From “Boom Town: How Wal-Mart Transformed an All-American Town Into an International Community” (Chicago Review Press, 2009)
On a balmy Tuesday evening in December 2006, Sheldon Hirsch and his wife, Nicole, brought a menorah to the Christmas concert of their three-year-old son, Justin, at his preschool, the Helen R. Walton Children’s Enrichment Center. And a few days later, they conducted a preschool “outreach” by visiting his class. Nicole, a tall woman with reddish curls spilling about her strong face, arrived armed with latkes (potato pancakes), applesauce, picture books about Hanukkah, and a dark, bearded doll called Hanukkah Harry. The mission? To let Justin’s twelve Christian classmates celebrate Hanukkah—and Judaism. Unfortunately, Harry, with his scowling face, frightened one boy to tears.
It is perhaps no surprise, given the larger history of the Jews, that here in Northwest Arkansas the Jewish community is struggling to define itself, unclear when to cross that delicate line between blending in and asserting itself as a community with particular needs of its own. This is especially true at holiday time. The Hirsches, who are committed to this outreach, are among those who feel confident enough to share—and explain—their Jewishness, even to the seesaw set.
Sheldon Hirsch, burly and balding, with glasses, mustache, and a wisp of a goatee, has been living in Northwest Arkansas for more than fifteen years, and he continues to be happily surprised by the inclusive way that Bible Belt southerners welcome him. They are amused rather than put off by his decidedly honking New York accent. “Especially when I was first down here,” he says, “they were just so intrigued by it. And they loved to listen to me talk.”
Hirsch, who in 2007 joined Wal-Mart’s operations group after a lengthy job search, originally migrated to Bentonville from New York fifteen years ago for two reasons. First, he was recovering from a cocaine habit that had hit him hard in his twenties, and he figured that Arkansas would offer up healthier living. Second, he was working with his father and brothers as vendors of business gifts and small items for the home, and shortly after his father’s death he moved down to the Bentonville area to represent their company. But soon the brothers, without their father as anchor, began to fight among themselves, and in 2004 their business collapsed.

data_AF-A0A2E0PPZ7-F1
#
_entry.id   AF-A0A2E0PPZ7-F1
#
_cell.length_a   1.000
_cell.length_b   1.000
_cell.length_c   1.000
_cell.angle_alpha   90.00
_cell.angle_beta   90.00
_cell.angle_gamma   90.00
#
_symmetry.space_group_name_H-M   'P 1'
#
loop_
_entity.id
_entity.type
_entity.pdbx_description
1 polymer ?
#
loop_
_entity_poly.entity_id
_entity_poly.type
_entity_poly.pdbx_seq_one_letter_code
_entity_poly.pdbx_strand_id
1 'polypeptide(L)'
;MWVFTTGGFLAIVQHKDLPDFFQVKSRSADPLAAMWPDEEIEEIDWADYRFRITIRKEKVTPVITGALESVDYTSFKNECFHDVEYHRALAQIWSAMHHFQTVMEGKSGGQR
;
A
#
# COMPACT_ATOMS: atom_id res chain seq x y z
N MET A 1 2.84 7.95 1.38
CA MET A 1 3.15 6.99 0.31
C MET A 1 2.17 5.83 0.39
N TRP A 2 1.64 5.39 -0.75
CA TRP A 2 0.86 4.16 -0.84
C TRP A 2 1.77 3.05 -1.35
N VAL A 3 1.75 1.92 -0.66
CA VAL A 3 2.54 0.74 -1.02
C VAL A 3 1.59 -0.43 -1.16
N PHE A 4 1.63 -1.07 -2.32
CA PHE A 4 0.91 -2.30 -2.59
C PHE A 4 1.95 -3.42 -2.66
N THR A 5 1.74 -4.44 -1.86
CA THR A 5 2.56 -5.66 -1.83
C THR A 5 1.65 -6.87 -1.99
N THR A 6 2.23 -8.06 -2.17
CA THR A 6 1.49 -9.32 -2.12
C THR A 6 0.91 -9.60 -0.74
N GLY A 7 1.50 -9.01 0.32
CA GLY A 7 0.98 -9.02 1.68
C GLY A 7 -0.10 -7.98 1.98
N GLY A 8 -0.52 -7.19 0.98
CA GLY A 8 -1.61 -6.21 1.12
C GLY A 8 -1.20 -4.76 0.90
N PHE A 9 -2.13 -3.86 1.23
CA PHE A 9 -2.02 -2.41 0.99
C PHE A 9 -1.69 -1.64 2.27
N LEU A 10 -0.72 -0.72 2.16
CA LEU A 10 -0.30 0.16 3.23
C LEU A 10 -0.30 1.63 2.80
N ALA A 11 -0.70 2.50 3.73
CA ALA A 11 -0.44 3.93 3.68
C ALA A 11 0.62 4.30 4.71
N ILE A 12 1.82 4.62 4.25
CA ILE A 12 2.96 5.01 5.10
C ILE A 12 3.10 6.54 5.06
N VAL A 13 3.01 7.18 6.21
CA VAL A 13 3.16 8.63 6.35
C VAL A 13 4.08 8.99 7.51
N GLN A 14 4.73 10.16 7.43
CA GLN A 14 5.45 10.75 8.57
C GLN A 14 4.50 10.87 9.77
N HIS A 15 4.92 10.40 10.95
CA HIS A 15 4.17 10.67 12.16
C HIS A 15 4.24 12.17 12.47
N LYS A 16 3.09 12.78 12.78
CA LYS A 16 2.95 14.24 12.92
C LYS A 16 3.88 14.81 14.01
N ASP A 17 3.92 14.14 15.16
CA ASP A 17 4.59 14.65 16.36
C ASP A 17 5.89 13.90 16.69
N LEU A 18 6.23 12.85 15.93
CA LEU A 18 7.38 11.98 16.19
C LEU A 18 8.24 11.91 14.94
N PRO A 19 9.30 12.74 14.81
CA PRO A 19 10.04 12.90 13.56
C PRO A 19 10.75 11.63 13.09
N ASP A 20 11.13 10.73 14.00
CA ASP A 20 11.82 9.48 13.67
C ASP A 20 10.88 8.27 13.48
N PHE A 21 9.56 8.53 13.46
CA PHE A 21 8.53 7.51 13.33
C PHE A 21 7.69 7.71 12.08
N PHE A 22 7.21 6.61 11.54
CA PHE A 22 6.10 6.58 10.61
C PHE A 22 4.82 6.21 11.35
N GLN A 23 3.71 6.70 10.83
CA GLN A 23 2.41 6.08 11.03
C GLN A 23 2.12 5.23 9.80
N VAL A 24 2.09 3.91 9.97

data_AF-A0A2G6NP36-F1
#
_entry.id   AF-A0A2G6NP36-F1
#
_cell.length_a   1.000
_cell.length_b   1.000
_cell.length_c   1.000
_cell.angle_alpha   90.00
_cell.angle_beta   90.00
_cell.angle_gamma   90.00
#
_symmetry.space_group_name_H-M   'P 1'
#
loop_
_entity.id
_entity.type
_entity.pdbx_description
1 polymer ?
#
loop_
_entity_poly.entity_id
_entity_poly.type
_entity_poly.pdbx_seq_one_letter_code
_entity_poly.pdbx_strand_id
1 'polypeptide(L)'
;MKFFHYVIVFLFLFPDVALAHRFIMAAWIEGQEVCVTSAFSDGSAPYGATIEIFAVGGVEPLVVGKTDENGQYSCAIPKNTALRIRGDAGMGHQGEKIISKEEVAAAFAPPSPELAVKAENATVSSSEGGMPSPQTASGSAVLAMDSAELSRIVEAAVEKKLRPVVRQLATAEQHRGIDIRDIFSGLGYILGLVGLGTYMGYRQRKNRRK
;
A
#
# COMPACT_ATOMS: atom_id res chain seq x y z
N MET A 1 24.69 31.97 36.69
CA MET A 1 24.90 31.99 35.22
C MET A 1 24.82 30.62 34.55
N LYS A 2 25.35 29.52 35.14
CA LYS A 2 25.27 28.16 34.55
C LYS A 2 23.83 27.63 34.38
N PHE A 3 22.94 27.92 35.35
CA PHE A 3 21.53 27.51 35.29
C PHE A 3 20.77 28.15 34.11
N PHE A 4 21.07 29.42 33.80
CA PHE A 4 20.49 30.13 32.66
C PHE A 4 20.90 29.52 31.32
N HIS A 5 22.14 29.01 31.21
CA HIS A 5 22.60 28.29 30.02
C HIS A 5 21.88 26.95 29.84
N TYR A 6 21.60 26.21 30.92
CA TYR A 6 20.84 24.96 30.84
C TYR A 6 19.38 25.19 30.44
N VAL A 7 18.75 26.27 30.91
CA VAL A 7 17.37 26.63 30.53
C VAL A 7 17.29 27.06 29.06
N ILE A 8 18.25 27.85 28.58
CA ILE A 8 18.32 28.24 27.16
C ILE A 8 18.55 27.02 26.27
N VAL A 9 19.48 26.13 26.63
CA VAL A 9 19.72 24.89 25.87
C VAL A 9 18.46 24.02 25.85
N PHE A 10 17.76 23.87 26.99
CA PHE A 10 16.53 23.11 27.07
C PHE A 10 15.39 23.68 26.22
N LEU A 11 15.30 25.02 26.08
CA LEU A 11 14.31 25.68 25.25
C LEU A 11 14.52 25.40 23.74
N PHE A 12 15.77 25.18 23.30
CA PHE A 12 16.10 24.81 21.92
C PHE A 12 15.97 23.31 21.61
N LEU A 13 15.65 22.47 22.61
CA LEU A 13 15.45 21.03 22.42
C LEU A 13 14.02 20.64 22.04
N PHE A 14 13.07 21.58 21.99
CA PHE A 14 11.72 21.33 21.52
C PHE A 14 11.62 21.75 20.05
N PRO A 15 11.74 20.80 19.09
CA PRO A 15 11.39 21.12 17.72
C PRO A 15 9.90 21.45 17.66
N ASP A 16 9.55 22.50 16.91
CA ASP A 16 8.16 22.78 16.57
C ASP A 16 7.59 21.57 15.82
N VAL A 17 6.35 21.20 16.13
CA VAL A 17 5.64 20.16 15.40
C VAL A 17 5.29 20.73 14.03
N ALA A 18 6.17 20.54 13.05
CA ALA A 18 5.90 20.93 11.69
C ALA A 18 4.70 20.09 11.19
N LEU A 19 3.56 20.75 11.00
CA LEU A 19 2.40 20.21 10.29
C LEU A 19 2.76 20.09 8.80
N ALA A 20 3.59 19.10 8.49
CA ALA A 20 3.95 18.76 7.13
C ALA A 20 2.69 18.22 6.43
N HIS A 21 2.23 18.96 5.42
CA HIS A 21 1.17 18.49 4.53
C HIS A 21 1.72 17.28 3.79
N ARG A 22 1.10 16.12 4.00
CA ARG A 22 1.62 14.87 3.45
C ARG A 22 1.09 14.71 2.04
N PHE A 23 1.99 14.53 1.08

In the meantime, Hirsch was determined to establish his own Arkansas roots. But down in the Bible Belt, Jewish girls were as difficult to find as blintzes (a special kind of Jewish pancake) at the Rogers IHOP. “That was the toughest thing,” he says, “being single and Jewish.
And when Hirsch drove the thirty minutes down Interstate 540 to Fayetteville for Shabbat services at the University of Arkansas Hillel on Friday nights, he inevitably felt awkward. (Shabbat is the Jewish Sabbath, which begins at sundown on Friday and ends at sundown on Saturday.) The Fayetteville Jews, mostly academic types connected to the university, seemed oddly aloof, and Hirsch, with a combination of hubris and naivete, couldn’t help wondering why they didn’t snap him up for a Shabbat dinner or try to make a shidduck, or match, for him with a nice Jewish girl. After all, he was that rarity—a single Jewish guy in Wal-Mart-land. “But the hand of friendship was not there,” he says.
So he joined JDate. An exchange of e-mails, by turns funny and romantic, with Nicole Green, a vivacious woman from Buffalo, New York, deepened into a relationship and, eventually, marriage. Nicole moved down to Arkansas, and six years ago they plunked down $279,000 for a three- thousand-square-foot ranch set on a wooded acre in a small community of pristine brick-and-shingle houses, each one prettily different from the next. In her early forties by the time they wed, Nicole made no effort to hide her agenda. More than anything, she wanted to be a mom and was elated when Justin was born. Eight days later the couple flew in a mohel, or rabbi who performs circumcisions, from Houston and a pastrami from Kansas City, Missouri, for what was, they say, the area’s first bris, or ritual circumcision.
With the birth of their child, the Hirsches became concerned about establishing a Jewish community. They wanted Justin to have Jewish friends and a Jewish education, but they knew few families with small children. So, as a way of networking, they tried Temple Shalom again. But Nicole, like her husband, could not quite connect with the Fayetteville Jews. “In Bentonville we’re more, you know, Wal-Mart,” she says. “We’re about business. That is why most people have moved here.”